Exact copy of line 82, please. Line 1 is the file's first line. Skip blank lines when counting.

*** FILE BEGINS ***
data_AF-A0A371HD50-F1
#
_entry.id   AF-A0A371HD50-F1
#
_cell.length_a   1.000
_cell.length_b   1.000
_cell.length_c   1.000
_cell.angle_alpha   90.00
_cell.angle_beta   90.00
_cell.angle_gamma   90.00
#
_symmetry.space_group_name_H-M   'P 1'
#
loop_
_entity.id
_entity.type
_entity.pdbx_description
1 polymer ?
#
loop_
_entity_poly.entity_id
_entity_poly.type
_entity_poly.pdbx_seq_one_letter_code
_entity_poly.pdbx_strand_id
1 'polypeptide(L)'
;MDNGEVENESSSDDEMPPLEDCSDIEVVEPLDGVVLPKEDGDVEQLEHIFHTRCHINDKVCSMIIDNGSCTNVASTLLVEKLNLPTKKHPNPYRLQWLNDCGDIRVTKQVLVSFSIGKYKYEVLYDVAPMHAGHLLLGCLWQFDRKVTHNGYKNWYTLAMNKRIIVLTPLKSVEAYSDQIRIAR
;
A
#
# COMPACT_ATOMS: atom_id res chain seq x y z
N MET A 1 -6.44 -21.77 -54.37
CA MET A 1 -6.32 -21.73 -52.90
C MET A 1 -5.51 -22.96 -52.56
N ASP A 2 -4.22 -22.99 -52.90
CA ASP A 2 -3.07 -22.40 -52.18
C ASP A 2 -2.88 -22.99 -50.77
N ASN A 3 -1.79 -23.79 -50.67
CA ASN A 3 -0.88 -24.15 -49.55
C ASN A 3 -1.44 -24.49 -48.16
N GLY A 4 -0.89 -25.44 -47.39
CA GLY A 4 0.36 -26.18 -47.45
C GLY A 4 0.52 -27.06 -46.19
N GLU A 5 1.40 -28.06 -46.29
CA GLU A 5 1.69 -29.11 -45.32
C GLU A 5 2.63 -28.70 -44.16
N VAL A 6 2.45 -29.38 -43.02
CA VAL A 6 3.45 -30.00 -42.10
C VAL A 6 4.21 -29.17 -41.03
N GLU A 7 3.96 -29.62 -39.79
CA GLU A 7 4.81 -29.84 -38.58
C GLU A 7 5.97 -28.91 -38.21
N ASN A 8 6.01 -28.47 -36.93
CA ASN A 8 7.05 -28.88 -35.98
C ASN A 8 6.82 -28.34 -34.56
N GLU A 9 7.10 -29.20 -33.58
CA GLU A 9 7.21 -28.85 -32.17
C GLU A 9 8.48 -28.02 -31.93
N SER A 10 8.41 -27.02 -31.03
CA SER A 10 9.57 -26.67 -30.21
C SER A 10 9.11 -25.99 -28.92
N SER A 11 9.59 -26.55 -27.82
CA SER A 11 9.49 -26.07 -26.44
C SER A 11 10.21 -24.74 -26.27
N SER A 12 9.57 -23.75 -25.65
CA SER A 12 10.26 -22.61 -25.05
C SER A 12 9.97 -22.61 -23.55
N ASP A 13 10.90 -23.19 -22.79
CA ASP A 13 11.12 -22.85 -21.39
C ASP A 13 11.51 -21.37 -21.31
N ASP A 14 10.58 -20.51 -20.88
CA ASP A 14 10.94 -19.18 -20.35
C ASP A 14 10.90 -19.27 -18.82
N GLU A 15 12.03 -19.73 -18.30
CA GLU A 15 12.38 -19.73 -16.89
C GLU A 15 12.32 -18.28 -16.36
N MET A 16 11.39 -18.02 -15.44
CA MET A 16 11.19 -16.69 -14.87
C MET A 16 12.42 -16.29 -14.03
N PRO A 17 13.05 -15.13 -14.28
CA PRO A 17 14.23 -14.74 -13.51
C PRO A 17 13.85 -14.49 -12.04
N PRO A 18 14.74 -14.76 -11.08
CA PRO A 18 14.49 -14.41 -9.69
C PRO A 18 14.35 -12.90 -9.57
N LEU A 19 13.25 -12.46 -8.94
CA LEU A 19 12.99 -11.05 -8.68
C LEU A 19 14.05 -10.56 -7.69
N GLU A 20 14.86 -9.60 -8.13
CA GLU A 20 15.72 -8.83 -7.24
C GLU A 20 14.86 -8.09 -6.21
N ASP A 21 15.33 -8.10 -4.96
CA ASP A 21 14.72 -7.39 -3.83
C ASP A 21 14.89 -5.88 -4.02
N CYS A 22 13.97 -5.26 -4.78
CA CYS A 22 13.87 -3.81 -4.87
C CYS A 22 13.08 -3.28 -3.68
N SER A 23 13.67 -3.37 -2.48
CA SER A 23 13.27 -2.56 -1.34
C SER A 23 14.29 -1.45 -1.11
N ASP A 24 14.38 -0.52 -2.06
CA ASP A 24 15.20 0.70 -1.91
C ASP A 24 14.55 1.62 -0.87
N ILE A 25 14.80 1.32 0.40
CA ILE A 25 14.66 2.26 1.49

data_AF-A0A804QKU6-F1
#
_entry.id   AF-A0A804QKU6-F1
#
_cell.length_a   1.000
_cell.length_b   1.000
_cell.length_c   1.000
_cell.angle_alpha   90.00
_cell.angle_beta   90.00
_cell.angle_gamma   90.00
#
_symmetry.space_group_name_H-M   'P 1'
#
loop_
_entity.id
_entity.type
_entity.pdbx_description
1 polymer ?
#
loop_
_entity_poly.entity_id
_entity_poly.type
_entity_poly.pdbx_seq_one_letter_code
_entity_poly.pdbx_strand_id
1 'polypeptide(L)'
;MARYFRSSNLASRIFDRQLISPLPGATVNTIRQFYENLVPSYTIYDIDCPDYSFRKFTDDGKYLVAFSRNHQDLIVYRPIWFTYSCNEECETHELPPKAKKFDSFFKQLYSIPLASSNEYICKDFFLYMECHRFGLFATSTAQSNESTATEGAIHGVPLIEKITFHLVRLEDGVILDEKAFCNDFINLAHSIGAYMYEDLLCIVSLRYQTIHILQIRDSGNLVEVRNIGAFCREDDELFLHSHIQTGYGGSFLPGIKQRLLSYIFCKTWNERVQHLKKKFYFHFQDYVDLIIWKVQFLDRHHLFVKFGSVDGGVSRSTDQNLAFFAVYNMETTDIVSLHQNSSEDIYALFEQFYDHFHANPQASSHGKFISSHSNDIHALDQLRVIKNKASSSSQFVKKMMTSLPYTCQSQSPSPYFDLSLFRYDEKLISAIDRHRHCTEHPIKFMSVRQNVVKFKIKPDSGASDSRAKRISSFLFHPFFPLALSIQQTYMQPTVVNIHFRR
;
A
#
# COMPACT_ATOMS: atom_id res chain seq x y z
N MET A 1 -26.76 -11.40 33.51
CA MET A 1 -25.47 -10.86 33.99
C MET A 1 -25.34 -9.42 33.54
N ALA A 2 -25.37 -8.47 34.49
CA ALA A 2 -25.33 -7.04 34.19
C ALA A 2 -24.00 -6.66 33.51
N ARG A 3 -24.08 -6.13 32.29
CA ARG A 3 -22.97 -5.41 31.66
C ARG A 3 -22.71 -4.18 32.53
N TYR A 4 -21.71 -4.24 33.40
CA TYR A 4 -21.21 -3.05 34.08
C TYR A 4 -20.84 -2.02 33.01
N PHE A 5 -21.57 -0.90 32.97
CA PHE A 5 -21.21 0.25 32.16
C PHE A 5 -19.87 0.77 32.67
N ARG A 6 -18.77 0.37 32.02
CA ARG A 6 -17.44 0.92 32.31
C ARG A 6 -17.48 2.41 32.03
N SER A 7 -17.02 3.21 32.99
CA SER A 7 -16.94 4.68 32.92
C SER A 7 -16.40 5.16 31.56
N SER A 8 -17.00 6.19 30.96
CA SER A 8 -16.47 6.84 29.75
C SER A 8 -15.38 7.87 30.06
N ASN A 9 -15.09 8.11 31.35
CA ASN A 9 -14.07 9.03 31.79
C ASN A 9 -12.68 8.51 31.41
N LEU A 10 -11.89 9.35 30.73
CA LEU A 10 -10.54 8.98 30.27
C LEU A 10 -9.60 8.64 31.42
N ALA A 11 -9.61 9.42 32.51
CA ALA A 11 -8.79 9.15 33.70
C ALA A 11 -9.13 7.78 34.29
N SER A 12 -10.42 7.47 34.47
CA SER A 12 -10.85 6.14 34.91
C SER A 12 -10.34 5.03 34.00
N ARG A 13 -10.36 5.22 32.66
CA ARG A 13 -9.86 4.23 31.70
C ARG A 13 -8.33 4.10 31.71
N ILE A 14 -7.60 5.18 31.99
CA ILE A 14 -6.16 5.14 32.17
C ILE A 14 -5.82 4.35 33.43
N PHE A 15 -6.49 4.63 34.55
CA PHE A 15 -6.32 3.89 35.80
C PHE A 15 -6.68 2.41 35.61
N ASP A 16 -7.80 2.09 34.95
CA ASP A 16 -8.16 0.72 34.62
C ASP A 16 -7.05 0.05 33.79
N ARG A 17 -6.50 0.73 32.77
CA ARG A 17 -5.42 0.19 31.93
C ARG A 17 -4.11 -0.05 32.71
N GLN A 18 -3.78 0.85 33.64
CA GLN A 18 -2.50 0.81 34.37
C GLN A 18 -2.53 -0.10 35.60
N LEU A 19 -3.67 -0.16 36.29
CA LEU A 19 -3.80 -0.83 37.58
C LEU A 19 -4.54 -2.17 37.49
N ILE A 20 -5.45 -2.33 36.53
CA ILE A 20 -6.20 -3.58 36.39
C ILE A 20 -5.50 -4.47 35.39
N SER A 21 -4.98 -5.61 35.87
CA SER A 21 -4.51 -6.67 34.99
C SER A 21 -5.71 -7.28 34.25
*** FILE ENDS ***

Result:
N PRO A 18 14.74 -14.76 -11.08